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Chapman v. Commonwealth

Court of Appeals of Virginia

September 26, 2017

JOHN BEVERLY CHAPMAN, JR.
v.
COMMONWEALTH OF VIRGINIA

         FROM THE CIRCUIT COURT OF FREDERICK COUNTY N. Randolph Bryant, Judge.

          Jason E. Ransom (Ransom Law Office, on brief), for appellant.

          Victoria Johnson, Assistant Attorney General (Mark R. Herring, Attorney General, on brief), for appellee.

          Present: Judges Humphreys, Decker and Russell Argued at Winchester, Virginia.

          OPINION

          WESLEY G. RUSSELL, JR. JUDGE.

         John Beverly Chapman, Jr., appellant, was convicted in a bench trial of felony reckless driving that caused the death of a passenger, in violation of Code §§ 46.2-852 and 46.2-868(B).[1]On appeal, he contends that the trial court misinterpreted the requirements of Code § 46.2-868(B) and that the Commonwealth's evidence was insufficient to sustain a conviction when the statutory elements are correctly identified. For the reasons that follow, we affirm appellant's conviction.

         BACKGROUND

         At about 5:30 a.m. on August 21, 2015, Trooper Josh Meyers of the Virginia State Police observed a car's tail light at the bottom of an embankment off of Route 522 in Frederick County. After investigating the accident, Trooper Meyers determined that appellant had fallen asleep while driving himself and two co-workers to a job site. The car veered off the road and down the embankment, flipping over at least three times before landing on its roof in a field. Appellant, who was wearing a seat belt, was not injured. The passenger in the front seat, who was not wearing a seat belt, was ejected from the car and sustained serious injuries. The passenger in the back seat (hereinafter the "victim"), also not wearing a seat belt, was ejected from the car. He became caught under the car as it rolled and died at the scene from blunt force trauma to his head, neck, and extremities.

         Pertinent to this appeal, appellant was charged with violating Code § 46.2-868(B) as a result of the accident. Code § 46.2-868(B) provides that

[e]very person convicted of reckless driving under the provisions of this article who, when he committed the offense, (i) was driving without a valid operator's license due to a suspension or revocation for a moving violation and, (ii) as the sole and proximate result of his reckless driving, caused the death of another, is guilty of a Class 6 felony.

         Appellant stipulated at trial that falling asleep while driving was reckless driving and that his driver's license had been revoked previously for a moving violation. Appellant argued that the evidence did not establish that the victim's death was "the sole and proximate result" of appellant's driving. Appellant asserted the victim died, at least in part, because he was not wearing a seat belt and was ejected from the vehicle.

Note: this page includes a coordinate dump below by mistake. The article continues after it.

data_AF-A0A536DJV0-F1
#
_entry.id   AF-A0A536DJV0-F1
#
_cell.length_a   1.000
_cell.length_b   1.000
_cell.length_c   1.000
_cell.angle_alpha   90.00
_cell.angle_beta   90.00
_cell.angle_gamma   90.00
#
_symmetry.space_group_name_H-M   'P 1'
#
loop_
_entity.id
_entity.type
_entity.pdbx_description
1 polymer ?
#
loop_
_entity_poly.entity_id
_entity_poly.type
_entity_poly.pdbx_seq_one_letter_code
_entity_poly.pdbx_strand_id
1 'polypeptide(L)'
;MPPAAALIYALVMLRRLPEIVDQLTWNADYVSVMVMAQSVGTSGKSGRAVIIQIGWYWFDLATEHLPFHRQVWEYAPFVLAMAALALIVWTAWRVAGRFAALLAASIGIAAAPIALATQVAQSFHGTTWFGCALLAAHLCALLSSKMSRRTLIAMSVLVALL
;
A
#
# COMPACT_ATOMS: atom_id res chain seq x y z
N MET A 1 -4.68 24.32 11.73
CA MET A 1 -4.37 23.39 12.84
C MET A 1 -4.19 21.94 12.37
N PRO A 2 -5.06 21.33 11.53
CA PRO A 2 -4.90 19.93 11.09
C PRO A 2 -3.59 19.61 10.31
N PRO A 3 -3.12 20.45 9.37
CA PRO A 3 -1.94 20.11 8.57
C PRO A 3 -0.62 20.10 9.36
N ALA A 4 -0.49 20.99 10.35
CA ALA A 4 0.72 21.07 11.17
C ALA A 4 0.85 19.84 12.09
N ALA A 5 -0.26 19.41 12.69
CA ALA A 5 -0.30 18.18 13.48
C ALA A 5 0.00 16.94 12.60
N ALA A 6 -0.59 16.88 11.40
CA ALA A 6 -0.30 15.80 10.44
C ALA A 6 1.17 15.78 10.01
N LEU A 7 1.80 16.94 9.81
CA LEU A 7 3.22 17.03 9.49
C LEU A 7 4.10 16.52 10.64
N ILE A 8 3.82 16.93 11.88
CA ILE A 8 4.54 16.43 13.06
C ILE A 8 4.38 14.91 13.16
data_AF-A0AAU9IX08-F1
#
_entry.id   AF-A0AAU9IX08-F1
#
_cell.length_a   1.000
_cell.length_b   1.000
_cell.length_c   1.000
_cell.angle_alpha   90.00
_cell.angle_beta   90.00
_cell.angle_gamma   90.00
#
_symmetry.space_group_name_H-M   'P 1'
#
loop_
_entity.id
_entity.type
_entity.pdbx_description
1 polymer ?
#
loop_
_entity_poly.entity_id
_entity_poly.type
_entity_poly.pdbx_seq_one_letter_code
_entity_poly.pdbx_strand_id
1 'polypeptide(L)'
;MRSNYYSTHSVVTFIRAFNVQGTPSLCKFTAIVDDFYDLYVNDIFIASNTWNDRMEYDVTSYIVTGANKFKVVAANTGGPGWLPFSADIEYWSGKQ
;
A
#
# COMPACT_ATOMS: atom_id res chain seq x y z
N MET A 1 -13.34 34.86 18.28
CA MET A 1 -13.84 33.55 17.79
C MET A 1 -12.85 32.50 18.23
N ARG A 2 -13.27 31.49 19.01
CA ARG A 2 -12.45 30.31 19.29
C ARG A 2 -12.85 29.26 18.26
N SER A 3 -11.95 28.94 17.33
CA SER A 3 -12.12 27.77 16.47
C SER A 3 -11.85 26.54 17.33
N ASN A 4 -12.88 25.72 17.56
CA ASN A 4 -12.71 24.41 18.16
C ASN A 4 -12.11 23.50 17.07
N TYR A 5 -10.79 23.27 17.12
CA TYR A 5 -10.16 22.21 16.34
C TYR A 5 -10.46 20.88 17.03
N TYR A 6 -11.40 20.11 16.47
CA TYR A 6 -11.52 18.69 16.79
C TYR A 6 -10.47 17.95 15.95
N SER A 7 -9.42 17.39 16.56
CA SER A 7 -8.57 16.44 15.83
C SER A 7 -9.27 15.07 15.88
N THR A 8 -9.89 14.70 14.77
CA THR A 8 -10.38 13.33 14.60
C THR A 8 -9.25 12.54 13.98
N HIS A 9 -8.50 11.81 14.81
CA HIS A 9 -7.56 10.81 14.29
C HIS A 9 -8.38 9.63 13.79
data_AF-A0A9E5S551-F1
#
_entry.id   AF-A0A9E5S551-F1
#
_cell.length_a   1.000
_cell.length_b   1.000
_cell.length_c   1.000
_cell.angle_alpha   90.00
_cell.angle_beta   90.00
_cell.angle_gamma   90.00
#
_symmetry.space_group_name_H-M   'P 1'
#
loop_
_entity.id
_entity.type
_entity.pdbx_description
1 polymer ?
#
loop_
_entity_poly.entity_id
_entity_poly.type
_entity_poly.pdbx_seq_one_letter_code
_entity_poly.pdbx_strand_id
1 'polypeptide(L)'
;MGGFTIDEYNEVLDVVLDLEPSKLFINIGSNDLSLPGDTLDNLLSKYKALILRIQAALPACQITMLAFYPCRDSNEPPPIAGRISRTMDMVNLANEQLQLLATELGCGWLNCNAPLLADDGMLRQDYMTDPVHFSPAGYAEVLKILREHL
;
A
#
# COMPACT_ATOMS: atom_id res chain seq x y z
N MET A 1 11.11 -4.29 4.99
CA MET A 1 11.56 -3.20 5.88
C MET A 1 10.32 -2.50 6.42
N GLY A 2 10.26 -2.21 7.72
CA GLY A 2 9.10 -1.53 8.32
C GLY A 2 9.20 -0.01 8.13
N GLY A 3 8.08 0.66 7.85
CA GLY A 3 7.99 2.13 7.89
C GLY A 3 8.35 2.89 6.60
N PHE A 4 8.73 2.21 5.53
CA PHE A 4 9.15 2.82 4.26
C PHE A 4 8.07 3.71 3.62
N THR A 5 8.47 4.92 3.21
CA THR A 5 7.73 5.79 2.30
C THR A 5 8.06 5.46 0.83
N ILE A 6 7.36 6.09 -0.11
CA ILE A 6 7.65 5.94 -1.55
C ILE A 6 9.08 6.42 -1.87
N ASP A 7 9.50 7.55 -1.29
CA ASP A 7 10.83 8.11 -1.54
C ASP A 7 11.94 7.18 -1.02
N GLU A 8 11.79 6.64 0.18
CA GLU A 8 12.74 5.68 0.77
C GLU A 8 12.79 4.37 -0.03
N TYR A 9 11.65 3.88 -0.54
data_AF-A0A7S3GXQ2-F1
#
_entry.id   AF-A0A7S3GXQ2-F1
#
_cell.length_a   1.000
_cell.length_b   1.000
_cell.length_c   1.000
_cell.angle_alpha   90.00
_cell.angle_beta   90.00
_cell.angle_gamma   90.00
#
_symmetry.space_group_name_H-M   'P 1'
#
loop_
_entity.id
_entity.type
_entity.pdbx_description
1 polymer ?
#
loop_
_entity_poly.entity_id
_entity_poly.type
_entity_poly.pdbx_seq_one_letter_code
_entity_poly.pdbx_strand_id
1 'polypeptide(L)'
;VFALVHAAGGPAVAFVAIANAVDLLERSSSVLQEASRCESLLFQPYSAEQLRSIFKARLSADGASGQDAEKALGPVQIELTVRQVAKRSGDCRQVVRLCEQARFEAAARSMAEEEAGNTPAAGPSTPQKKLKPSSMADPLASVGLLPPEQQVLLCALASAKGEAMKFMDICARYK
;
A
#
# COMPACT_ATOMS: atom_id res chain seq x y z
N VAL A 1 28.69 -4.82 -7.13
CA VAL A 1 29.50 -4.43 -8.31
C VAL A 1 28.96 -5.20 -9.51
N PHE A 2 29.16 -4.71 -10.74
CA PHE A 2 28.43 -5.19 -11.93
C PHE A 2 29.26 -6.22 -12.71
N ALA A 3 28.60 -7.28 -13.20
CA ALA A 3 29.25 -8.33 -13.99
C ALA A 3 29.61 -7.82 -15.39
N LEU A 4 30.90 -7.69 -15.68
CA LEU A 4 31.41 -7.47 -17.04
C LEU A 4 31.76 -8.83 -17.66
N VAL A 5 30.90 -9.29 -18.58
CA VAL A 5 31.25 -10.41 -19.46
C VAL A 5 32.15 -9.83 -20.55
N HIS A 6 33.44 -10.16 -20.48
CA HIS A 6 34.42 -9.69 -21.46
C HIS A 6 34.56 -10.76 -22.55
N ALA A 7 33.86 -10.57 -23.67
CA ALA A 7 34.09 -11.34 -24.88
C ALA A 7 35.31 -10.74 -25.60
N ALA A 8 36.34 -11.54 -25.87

After the Commonwealth rested, appellant made a motion to strike the evidence as to the reckless driving that led to the death of the victim. Comparing Code § 46.2-868(B) to the elements of various involuntary manslaughter statutes, which reference only "cause" and do not contain the phrase "sole and proximate result" or "sole cause, " appellant argued that the Commonwealth had not shown that the victim's death was the "sole and proximate result" of his reckless driving.

         In response, the trial court stated, "I think that there is a distinct difference between whether it is proximate causation, which is what the manslaughter statute uses and which is the focus, generally, in personal injury cases, as opposed to the reckless driving statute which refers to it as the sole and proximate result." The trial court continued:

I cannot conclude that his failure to wear the seatbelt or his wearing of a seatbelt, particularly based on the evidence before the Court that the other unbelted passenger survived, that that was a sole and proximate result. In fact, it does appear to the Court that had it not been for the Defendant falling asleep, going off the side of the road, and then the vehicle not only flipping but flipping end over end three times, the Court concludes at this juncture that [the victim's death] is the sole and proximate result [of the reckless driving] . . . .

         Appellant did not present evidence and then renewed his motion to strike. In finding appellant guilty, the court stated, "I don't have much difficulty with the conclusion that [the] sole and proximate cause [of death] was the reckless driving of the [d]efendant."

         This appeal followed with appellant arguing that the plain language of Code § 46.2-868(B) requires the Commonwealth to prove that the victim's death was the "sole and proximate result" of appellant's reckless driving and that the evidence was insufficient to establish that fact.[2]

         ANALYSIS

         I. Standard of Review

         In arguing that the trial court misinterpreted the requirements of Code § 46.2-868(B), appellant presents a question of statutory interpretation that we review de novo. Conyers v. Martial Arts World of Richmond, Inc., 273 Va. 96, 104, 639 S.E.2d 174, 178 (2007) (citations omitted). However, in conducting our review, "the factual findings of the circuit court are not to be disturbed unless they are plainly wrong or ...


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